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69 F.

3d 691

In re Leon MOSER.
No. 95-9006.

United States Court of Appeals,

Third Circuit.
Aug. 16, 1995.

Mary M. Killinger, District Atty., Norristown, PA, for State.

Billy H. Nolas, Paul M. Messing, Philadelphia, PA, for Moser.
Before: MANSMANN, COWEN and NYGAARD, Circuit
MANSMANN, Circuit Judge.

By order entered August 14, 1995, the District Court granted a stay of
execution of death sentence, directed an independent psychiatric evaluation of
Mr. Leon Moser, and appointed CJA counsel for the purpose of reporting to the
Court with respect to Mr. Moser's present competency. The State appealed, and
by per curiam opinion entered August 15, 1995, we affirmed the order of the
District Court at C.A. No. 95-9003, 69 F.3d 690. Upon consideration of the
State's motion to vacate the stay of execution, the Supreme Court of the United
States granted the State's motion and vacated the stay, --- U.S. ----, 116 S.Ct.
28, 132 L.Ed.2d 910.

The Pennsylvania Post-Conviction Defender Organization (PPCDO) filed

renewed motions for relief in the District Court on August 16, 1995 which were
denied by order dated August 16, 1995 at 1:55 a.m. The PPCDO filed an
appeal to us, requesting a certificate of probable cause and a stay of execution.
By per curiam opinion entered August 16, 1995, 69 F.3d 694, we granted the
certificate of probable cause, denied the request for a stay on the record as it
then existed and remanded the matter to the district court for an immediate
hearing on all outstanding merits issues including inter alia: the standing of the
Reverend Holland to act as Mr. Moser's next friend and a possible amendment
to include Mr. Moser's brother as a next friend if an appropriate petition should

be filed; the competency of Mr. Moser which may require that the district court
order the State to produce Mr. Moser in the court's presence and that any
mental health records of Mr. Moser relevant to the issue of his competency be
produced for the district court's review; and the issue of deliberate delay. We
also indicated our view that the district court possessed the authority to grant a
temporary stay, if one should be required, on the basis of the newly developed

The district court heard arguments from counsel commencing at 10:45 a.m. on
August 16, 1995, regarding the petition of Mr. Moser's brother, Theodore
Moser of Theresa, Wisconsin, to intervene as a "next friend" on his brother's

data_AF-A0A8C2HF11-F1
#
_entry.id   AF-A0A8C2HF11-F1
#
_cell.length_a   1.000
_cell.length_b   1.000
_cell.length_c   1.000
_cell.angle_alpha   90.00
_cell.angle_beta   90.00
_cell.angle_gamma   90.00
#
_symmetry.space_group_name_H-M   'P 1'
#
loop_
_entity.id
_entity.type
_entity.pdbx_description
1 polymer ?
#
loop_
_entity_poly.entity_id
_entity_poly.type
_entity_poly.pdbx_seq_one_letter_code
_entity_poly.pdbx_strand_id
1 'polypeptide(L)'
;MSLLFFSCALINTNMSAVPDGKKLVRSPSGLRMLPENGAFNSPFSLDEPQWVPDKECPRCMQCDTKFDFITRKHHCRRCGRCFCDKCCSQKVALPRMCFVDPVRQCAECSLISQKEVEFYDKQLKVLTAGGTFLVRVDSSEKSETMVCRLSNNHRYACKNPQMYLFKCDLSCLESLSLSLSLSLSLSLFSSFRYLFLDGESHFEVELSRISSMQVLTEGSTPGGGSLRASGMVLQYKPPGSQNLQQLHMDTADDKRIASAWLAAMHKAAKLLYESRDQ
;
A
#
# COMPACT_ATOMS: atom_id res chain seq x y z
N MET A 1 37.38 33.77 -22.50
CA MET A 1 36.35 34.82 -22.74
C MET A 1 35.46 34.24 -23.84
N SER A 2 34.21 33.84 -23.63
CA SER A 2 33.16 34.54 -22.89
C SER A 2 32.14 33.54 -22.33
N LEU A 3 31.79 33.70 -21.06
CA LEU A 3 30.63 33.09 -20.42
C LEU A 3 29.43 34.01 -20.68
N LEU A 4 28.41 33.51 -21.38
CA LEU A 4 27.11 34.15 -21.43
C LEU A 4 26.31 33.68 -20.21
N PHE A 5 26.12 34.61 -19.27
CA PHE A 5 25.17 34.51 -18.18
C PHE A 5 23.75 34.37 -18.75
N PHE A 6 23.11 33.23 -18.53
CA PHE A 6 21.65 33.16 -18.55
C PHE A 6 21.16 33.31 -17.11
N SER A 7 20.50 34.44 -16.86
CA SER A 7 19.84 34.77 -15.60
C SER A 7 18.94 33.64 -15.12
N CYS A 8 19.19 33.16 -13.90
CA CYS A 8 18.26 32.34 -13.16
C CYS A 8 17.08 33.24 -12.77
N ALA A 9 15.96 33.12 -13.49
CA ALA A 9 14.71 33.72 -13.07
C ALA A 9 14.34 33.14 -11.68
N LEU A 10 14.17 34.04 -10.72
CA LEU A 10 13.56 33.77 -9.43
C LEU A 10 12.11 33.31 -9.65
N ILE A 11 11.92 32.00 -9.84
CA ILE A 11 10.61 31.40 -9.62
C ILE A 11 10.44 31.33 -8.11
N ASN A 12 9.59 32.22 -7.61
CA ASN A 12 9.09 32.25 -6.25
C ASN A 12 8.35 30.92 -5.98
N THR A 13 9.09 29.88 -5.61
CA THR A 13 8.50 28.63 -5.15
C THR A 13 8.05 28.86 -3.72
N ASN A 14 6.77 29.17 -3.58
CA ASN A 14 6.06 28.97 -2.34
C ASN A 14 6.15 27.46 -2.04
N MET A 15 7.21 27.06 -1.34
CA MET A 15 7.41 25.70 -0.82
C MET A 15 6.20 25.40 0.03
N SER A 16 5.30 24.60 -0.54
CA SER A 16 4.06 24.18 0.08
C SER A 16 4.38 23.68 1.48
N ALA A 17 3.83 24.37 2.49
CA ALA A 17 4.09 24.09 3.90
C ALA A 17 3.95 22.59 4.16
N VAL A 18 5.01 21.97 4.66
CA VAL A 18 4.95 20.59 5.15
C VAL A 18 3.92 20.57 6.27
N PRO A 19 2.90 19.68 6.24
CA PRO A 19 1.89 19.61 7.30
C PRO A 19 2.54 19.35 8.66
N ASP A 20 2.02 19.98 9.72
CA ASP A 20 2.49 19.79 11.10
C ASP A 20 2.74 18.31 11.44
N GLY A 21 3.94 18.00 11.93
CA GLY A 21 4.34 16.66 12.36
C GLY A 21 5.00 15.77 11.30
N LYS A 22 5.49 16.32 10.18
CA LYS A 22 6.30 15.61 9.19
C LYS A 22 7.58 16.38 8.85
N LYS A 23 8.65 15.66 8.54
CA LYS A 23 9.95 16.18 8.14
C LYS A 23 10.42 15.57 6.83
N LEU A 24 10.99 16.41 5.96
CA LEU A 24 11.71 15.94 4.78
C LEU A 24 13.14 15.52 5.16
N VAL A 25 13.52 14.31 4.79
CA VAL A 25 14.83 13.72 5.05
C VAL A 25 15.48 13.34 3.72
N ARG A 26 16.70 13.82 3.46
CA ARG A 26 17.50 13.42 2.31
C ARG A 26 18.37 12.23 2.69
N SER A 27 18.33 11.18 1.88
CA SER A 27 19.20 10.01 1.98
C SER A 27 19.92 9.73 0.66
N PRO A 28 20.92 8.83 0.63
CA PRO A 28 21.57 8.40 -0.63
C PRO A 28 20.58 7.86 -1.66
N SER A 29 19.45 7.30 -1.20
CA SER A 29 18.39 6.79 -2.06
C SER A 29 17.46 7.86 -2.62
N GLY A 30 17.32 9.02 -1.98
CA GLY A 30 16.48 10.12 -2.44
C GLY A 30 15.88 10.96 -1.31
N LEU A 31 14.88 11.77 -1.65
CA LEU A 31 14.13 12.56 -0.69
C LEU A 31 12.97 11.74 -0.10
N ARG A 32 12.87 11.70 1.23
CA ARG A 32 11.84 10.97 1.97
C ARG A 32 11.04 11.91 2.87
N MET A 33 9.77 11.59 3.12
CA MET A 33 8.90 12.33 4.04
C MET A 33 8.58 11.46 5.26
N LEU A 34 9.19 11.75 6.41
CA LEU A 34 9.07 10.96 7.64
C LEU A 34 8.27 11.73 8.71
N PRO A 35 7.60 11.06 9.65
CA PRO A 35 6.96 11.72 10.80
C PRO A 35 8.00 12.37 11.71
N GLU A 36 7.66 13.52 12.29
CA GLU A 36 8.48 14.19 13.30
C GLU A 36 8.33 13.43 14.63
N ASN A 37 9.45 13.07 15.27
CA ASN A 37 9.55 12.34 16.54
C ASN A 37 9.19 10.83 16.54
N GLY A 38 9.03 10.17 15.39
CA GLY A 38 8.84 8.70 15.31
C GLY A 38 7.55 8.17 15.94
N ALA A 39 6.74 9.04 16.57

behalf in addition to Reverend Holland.1 The district court also considered
arguments on the issue of whether Mr. Moser engaged in deliberate delay so as
to flout the judicial processes pursuant to McFarland v. Scott, --- U.S. ----, ----,
114 S.Ct. 2568, 2573, 129 L.Ed.2d 666 (1994). On August 16, 1995 at 2:20
p.m., the district court issued an order permitting the PPCDO to amend its
pleading to include Theodore Moser as a next friend and requiring the State to
produce Mr. Moser and his mental health records forthwith to the district court
at which time an immediate hearing would convene to determine Mr. Moser's

The State immediately appealed the district court's August 16, 1995 2:20 p.m.
order simultaneously to the Supreme Court of the United States [--- U.S. ----,
116 S.Ct. 28, 132 L.Ed.2d 910] and to us. We dismissed the appeal for lack of
jurisdiction given the interlocutory nature of the order which did not invoke our
jurisdiction under either 28 U.S.C. Sec. 1292(a)(1) or 28 U.S.C. Sec. 1651(a),
69 F.3d 695.

When it became apparent that neither Mr. Moser nor his mental health records
would be produced prior to the execution scheduled for 10:00 p.m. tonight,2 the
district court entered a temporary stay of Mr. Moser's execution currently
scheduled for 10:00 p.m. on August 16, 1995 until August 17, 1995 at 10:00

This appeal is markedly different from the appeal at No. 95-9003 on which the
Supreme Court vacated the stay of execution by order dated August 15, 1995.
In the matter now before us, the district court was presented with Theodore
Moser's petition to act as next friend for his brother, death row inmate Leon
Moser in addition to Reverend Holland. The district court did not err in finding
that Theodore Moser clearly is dedicated to the best interests of Leon Moser
and has a significant relationship with him. Whitmore v. Arkansas, 495 U.S.
149, 163-64, 110 S.Ct. 1717, 1727, 109 L.Ed.2d 135 (1990). We also hold that

the district court's action in briefly staying the execution for roughly 24 hours
was a sound exercise of discretion given the state's inability to produce Mr.
Moser for examination by the district court or the mental health records in a
prompt fashion. Additionally, the district court properly exercised federal